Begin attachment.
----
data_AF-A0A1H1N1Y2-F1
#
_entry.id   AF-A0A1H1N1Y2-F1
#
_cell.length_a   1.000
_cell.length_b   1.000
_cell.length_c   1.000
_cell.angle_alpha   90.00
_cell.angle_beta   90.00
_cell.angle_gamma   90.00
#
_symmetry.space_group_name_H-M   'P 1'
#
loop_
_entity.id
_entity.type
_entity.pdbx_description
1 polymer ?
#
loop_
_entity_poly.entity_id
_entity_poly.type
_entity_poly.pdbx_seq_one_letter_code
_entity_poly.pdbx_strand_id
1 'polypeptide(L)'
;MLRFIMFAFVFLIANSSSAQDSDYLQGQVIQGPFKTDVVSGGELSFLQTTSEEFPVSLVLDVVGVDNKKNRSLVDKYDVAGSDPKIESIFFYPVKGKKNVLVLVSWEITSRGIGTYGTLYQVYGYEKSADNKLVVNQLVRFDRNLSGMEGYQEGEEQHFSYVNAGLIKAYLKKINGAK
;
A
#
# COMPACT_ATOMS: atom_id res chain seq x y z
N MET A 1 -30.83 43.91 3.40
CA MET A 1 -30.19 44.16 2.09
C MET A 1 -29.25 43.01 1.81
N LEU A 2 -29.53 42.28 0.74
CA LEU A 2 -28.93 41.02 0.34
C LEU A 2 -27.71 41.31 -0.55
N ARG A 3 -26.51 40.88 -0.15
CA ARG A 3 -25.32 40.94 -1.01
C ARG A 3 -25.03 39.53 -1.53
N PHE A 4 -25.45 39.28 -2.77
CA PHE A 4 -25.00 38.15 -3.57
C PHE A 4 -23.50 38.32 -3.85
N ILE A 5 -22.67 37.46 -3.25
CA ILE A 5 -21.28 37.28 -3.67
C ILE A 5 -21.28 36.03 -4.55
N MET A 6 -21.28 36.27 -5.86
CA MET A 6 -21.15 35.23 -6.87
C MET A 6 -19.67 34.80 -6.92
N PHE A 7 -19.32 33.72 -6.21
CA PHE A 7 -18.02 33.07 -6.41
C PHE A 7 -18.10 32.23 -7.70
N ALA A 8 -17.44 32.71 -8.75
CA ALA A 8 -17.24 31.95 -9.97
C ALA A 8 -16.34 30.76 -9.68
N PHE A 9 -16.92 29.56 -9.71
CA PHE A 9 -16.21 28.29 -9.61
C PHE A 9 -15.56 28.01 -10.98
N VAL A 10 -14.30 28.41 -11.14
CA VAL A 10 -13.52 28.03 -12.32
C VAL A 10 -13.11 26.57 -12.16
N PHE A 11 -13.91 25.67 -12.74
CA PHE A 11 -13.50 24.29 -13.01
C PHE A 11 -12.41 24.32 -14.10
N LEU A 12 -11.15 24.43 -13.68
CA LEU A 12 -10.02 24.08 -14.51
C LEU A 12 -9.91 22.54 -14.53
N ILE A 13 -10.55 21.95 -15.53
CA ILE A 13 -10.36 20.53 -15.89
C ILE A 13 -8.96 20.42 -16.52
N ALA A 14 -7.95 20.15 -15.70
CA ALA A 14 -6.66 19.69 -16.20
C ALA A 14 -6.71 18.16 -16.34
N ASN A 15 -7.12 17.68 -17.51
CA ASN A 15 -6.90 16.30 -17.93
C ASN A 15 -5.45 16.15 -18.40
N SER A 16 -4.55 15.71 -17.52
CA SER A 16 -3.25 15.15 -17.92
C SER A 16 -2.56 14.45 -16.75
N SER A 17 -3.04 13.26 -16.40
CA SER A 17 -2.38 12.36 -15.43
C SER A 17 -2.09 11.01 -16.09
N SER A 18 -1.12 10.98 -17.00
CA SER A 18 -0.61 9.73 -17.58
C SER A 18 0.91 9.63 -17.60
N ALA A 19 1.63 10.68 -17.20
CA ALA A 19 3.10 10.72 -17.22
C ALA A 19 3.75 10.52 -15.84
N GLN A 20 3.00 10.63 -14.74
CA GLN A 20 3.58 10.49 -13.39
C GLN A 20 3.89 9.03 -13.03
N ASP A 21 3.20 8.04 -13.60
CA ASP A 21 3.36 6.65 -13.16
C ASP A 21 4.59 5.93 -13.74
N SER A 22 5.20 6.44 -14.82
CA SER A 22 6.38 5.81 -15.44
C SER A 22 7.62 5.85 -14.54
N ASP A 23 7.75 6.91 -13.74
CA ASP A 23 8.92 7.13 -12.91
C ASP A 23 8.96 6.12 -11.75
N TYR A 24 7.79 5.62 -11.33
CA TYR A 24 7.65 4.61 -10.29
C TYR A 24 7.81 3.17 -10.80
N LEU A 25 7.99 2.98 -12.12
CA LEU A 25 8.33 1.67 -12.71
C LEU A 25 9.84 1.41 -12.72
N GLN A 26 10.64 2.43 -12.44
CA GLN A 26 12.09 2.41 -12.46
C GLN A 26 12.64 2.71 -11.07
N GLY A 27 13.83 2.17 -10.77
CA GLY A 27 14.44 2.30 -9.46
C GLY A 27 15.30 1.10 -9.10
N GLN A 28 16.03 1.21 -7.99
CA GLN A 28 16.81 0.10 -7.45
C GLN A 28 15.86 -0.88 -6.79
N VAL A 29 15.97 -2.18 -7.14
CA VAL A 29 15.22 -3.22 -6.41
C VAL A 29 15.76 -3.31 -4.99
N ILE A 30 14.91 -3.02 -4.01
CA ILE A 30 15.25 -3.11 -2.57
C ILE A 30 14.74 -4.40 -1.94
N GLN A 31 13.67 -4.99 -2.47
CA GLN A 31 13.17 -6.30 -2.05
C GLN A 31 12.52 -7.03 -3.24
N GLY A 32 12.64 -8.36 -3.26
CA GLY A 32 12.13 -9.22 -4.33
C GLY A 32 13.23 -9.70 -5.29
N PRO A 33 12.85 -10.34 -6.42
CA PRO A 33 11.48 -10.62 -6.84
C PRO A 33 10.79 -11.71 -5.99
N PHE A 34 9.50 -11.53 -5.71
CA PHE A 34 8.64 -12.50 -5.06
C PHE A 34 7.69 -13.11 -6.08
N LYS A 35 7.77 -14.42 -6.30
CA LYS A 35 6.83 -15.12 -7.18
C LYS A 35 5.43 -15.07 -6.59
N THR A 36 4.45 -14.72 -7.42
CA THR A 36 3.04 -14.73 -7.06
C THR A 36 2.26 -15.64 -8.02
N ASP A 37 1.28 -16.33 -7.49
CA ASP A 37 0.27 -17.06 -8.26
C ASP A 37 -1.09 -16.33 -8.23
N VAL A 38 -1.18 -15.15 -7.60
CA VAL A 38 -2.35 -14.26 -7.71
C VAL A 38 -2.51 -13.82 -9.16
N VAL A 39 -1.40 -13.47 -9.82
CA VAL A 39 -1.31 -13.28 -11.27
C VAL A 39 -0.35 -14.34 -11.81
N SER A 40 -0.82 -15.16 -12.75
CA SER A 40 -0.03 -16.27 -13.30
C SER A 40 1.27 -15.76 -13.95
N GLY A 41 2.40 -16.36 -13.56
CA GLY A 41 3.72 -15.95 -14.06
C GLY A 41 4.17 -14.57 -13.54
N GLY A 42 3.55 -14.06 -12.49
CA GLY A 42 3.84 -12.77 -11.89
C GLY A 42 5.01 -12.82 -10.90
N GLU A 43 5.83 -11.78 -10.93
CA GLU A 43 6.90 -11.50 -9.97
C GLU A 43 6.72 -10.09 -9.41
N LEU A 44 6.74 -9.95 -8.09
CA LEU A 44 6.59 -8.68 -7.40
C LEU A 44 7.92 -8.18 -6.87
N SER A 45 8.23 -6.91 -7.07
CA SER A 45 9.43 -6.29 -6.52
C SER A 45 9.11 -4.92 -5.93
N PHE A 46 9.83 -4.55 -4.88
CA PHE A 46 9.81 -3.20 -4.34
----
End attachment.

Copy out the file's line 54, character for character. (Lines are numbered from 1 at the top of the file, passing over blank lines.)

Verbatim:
C ALA A 8 -16.34 30.76 -9.68